When a loved one dies with a revocable living trust, we receive this question all the time.
During your loved one's lifetime, their living trust was most likely a "grantor" trust, meaning the trust operated under their own Social Security number. This made things simple and easy for your loved one. But upon the grantor's death, his or her Social Security number cannot be used to manage the trust. The successor Trustee of the trust will need to get an EIN from the IRS in order to claim the trust's assets and generally manage the trust.
Once you receive an EIN from the IRS, the successor Trustee will be able to gather the trust's assets from the bank and other financial institutions. Without an EIN, the financial institutions will most likely not allow any movement of the assets.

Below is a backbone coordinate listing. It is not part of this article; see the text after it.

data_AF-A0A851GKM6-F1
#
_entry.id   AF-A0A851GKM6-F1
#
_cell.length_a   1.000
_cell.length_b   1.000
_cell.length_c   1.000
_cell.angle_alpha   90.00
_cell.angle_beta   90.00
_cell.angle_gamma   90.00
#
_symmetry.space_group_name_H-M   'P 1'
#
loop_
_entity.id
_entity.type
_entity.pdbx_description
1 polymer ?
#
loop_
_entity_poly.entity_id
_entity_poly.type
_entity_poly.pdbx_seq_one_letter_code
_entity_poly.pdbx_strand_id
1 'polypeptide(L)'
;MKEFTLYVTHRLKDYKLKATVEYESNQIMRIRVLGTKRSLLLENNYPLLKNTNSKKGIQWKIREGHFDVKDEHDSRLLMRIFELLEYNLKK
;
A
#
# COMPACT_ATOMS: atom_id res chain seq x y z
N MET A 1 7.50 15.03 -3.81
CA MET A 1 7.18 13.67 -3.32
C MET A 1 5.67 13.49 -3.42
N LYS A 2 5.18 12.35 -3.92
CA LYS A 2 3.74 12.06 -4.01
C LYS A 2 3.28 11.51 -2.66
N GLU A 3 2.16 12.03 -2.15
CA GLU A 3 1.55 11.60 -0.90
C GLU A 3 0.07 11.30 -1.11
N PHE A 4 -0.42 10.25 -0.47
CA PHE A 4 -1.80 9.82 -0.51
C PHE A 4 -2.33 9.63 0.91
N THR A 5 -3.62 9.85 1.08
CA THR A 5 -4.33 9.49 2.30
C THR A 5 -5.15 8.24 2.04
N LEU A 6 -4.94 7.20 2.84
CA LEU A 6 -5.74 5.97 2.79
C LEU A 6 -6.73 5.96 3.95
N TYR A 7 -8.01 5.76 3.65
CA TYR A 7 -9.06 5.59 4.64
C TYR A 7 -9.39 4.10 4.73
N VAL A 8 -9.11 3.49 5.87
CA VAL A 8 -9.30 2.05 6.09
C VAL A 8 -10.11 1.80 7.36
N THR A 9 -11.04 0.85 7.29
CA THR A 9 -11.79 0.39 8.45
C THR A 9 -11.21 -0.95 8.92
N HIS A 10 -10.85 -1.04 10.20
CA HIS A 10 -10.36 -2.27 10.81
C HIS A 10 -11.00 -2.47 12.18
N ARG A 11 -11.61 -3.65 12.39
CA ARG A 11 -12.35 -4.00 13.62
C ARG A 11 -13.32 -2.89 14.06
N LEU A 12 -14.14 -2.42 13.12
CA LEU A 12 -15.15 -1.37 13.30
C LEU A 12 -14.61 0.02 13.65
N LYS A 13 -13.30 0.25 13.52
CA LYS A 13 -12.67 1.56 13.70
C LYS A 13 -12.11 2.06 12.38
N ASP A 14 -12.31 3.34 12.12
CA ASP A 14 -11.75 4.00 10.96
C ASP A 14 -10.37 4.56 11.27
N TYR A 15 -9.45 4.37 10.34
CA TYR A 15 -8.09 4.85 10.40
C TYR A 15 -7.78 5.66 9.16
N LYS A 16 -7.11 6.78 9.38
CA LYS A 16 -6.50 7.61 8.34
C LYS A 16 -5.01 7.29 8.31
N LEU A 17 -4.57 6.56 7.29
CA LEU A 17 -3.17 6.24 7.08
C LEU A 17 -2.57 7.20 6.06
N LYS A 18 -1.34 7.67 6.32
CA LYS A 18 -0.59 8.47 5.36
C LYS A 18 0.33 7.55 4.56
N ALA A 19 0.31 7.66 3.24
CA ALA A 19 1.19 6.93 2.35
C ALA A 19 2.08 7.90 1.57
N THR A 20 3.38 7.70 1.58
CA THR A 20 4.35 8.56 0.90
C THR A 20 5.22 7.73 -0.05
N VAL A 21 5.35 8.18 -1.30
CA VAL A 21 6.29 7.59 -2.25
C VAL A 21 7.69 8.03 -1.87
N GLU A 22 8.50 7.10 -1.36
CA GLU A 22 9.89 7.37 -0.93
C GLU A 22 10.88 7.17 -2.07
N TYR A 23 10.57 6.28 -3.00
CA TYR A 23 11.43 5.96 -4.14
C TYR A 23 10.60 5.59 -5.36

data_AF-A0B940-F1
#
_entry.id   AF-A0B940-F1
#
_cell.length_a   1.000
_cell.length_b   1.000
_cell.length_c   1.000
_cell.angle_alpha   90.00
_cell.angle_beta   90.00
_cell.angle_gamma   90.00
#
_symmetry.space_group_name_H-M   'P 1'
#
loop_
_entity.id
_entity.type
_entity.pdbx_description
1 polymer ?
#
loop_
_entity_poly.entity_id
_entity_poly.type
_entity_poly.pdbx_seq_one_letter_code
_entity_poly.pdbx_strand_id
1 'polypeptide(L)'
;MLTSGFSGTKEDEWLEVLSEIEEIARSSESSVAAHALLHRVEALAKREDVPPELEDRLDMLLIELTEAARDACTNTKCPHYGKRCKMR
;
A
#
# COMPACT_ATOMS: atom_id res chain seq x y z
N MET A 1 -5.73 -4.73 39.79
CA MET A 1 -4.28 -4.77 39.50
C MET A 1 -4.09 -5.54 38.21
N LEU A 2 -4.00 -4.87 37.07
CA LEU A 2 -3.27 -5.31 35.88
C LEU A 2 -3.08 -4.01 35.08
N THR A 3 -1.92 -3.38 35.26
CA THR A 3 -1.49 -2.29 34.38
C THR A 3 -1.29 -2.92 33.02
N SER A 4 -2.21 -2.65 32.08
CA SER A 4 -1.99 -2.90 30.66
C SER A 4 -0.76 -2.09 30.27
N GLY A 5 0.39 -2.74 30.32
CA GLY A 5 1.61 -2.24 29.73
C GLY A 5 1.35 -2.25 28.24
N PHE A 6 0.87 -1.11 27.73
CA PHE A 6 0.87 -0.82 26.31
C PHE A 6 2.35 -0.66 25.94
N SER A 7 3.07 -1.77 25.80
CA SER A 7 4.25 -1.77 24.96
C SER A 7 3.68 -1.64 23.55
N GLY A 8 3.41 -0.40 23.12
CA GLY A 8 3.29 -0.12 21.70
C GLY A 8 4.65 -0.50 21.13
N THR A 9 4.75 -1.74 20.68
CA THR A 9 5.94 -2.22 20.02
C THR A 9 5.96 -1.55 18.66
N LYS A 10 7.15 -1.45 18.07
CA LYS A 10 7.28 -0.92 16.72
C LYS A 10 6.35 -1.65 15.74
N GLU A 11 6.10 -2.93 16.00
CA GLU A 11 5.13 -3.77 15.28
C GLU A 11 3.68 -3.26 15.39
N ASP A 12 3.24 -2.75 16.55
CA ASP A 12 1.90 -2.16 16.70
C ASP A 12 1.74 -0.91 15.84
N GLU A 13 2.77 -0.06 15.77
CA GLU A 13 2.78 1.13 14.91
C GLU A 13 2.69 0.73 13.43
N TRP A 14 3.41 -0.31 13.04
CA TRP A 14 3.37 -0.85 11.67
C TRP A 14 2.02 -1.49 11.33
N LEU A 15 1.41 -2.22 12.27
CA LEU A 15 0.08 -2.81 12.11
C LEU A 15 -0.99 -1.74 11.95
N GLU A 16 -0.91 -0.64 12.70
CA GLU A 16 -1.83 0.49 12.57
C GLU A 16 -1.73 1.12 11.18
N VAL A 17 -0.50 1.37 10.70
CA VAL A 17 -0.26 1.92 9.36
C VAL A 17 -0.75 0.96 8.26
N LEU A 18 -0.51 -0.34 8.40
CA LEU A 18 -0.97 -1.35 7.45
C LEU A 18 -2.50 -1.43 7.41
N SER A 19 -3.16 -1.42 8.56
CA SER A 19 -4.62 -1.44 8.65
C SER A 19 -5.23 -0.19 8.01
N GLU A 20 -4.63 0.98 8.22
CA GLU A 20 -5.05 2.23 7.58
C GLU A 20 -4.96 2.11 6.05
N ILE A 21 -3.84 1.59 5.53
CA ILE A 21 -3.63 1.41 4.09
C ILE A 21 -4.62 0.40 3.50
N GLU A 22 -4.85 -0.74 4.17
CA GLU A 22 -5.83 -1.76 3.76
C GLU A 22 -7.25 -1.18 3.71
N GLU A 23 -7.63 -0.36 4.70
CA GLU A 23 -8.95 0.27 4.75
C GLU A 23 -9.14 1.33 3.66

In settling the trust, the trust may need to file a tax return upon/before final distribution on all assets. A trust needs to file a tax return if it has more than $600 in income during a taxable year. This means that simple trusts with outright distributions to beneficiaries will need an EIN, but may not need to file a tax return. Ultimately, we generally have our successor trustee clients work with a trusted CPA to confirm the tax issues.
If you are the successor trustee of a trust, you may need legal help to confirm your duties as trustee. If so, we have helped trustees settle many trusts, helping make sure our clients follow their legal duties and do not make mistakes in the process.
People who read this question may also look to the following questions:
- Do I need an attorney to help settle a living trust?
- What should I do first upon a loved one's death?
- How long does the Florida probate process take?